Dec 4, 2021 - Technology

AI could end foreign-language subtitles

Illustration of binary numbers inside of speech bubbles.
Illustration: Shoshana Gordon/Axios

AI companies are developing methods to interpret and synthesize voices in ads, movies and TV.

Why it matters: The advances in voice synthesis could help fix bad movie dubbing — and they come as international content is becoming increasingly important to studios and streaming platforms as part of the globalization of entertainment.

  • But they raise concerns about the possibility of deepfaking audio, as well as how a celebrity's voice might be used after their death.

What's happening: Foreign-language hits like "Squid Game" and "La Casa de Papel" are drawing record audiences, but subtitles are still a stumbling block for studios trying to tap a growing international market.

  • More Netflix subscribers watched dubbed versions of "Squid Game" than subtitled versions.
  • With blockbusters sucking up a lot of bandwidth, smaller producers of foreign-language content are having a hard time finding enough interpreters and voice-over actors to meet demand.
  • "We're still stuck in the mindset of the one-to-many broadcasting model," says Ryan Steelberg, co-founder and president of AI company Veritone.

Between the lines: Veritone has developed a product called MARVEL.ai that allows content producers to generate and license what it calls "hyper-realistic" synthetic voices.

  • This means, for example, podcast creators could have audio ad copy interpreted into another language and then MARVEL.ai will generate a synthetic version of their voice reading the ad in the new language.
  • "It gives you the ability to hyper-personalize audio on a much bigger scale and at less cost," says Steelberg.

How it works: Text-to-speech technology has existed for decades, but Veritone's product makes use of "speech-to-speech," what Steelberg calls "voice as a service."

  • Veritone has access to petabytes of data from media libraries and uses that to train its AI product, creating a synthetic version of the original voice that can be tuned for different kinds of sentiment or emotion, or with interpretation, speak a foreign language.
  • "It's no longer going to be another person's new voice speaking on behalf of, say, Tom Cruise," says Steelberg. "It's really going to be Tom Cruise's voice speaking another language."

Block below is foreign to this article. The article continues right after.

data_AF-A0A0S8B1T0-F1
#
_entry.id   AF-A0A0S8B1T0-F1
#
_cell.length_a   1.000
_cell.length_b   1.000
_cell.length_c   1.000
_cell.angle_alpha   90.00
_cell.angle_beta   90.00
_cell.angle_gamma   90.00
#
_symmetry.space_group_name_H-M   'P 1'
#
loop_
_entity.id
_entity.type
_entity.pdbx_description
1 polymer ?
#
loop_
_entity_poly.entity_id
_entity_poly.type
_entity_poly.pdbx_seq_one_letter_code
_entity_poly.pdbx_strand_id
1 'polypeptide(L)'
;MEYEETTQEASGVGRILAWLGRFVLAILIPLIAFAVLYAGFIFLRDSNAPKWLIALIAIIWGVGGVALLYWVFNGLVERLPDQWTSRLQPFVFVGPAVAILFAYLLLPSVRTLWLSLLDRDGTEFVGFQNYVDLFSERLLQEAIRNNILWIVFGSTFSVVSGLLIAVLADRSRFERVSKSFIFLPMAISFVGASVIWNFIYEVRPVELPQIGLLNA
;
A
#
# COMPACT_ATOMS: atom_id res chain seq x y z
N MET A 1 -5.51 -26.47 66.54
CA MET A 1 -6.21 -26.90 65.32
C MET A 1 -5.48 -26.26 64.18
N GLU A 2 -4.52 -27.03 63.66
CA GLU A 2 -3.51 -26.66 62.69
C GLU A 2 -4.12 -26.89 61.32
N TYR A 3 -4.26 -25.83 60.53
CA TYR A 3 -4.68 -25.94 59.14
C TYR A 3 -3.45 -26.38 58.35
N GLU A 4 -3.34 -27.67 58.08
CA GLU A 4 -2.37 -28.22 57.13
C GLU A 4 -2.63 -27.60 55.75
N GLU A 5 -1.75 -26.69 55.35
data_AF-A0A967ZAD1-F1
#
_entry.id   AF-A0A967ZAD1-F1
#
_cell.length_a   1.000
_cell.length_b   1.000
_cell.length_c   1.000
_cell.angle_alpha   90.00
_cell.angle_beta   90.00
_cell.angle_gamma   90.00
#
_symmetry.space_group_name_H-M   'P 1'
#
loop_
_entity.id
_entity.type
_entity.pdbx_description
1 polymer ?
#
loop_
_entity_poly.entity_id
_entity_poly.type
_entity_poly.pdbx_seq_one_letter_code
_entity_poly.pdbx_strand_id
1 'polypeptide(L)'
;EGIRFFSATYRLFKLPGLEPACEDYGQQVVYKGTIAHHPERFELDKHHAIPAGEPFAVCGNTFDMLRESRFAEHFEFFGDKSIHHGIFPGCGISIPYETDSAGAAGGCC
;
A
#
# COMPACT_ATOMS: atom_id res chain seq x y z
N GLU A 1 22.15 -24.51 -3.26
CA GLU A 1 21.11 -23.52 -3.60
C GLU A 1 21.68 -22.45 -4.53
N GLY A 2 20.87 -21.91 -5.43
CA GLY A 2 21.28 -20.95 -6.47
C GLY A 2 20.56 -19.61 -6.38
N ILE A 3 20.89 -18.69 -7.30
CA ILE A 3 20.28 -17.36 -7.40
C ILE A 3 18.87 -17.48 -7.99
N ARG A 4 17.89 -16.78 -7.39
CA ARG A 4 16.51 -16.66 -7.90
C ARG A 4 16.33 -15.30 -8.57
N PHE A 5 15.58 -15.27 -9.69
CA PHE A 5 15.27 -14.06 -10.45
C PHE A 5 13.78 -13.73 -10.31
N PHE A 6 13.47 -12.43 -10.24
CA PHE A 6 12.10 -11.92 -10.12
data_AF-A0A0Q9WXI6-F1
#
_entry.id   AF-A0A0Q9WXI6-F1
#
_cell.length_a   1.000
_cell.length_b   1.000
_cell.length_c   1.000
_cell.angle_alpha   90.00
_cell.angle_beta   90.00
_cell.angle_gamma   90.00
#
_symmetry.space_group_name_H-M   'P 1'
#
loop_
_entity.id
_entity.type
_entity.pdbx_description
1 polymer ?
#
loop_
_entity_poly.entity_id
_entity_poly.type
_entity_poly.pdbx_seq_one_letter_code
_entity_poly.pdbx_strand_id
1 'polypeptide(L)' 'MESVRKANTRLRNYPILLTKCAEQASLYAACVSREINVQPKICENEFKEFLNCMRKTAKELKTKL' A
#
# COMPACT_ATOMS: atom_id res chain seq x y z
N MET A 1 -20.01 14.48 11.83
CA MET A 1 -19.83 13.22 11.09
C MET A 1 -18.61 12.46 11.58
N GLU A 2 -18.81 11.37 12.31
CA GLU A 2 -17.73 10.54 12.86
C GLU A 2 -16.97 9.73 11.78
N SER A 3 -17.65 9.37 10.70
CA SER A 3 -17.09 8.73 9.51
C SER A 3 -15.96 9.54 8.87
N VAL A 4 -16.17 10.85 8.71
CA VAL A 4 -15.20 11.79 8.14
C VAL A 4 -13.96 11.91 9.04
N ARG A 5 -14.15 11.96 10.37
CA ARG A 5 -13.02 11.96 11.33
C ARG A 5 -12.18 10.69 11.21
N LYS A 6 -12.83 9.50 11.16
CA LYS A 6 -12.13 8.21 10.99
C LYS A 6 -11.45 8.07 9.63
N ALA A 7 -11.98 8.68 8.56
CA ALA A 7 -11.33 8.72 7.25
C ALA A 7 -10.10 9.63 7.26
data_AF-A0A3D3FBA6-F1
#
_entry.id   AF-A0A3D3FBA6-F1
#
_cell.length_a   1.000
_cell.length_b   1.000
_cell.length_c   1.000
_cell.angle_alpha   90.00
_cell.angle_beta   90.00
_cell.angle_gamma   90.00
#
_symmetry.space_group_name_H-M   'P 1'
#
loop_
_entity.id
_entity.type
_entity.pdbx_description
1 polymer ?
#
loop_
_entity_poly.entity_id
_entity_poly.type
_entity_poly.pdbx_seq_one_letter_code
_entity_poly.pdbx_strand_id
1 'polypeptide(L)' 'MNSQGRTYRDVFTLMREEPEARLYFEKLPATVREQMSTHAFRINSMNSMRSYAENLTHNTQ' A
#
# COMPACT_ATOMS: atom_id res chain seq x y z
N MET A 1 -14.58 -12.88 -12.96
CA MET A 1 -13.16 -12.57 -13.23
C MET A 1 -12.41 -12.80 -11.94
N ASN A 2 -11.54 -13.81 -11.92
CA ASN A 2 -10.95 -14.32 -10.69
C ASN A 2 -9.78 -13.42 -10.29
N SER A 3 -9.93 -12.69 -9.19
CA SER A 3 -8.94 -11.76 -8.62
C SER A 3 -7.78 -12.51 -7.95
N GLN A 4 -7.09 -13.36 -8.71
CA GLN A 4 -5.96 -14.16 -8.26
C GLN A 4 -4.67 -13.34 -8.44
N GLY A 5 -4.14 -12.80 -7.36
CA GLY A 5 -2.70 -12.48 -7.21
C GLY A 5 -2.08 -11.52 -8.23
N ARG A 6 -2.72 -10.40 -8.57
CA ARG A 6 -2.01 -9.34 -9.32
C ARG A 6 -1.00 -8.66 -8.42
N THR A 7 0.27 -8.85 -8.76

• Nvidia has been developing technology that would allow AI to alter video or animation in a way that takes an actor's lips and facial expression and matches it with the new language — so no more out-of-sync dubbing like in 1970s-era kung-fu movies.

What's next: This technology will likely first be used in advertisements, but as it migrates to higher-quality content, it will open up potential opportunities and pitfalls for celebrity talent.

  • "In terms of dubbing and post-production, synthetic voices will become mainstream, and you'll see that built into contracts for talent," says Steelberg.
  • That won't just be to ensure Hollywood stars (and their agents) get a cut for any use of their synthesized voice, but also to prevent those voices from being hijacked for malign purposes as the technology becomes more accessible.

What to watch: How the voices and other creative attributes of deceased celebrities might be harnessed by AI.

  • Holograms of dead musicians like Frank Zappa are already being used to front "live" shows that have brought in tens of millions in revenue, while Kenny G recently released a "duet" with the jazz great Stan Getz, who died 30 years ago.
  • Sample notes from Getz's existing library were used to generate a new, synthetic melody — albeit one that jazz writer Ted Gioia called a "Frankenstein record."

The bottom line: We should get used to hearing celebrities speak in almost any language soon — and those celebrities should get used to going through their wills with a fine-toothed comb.

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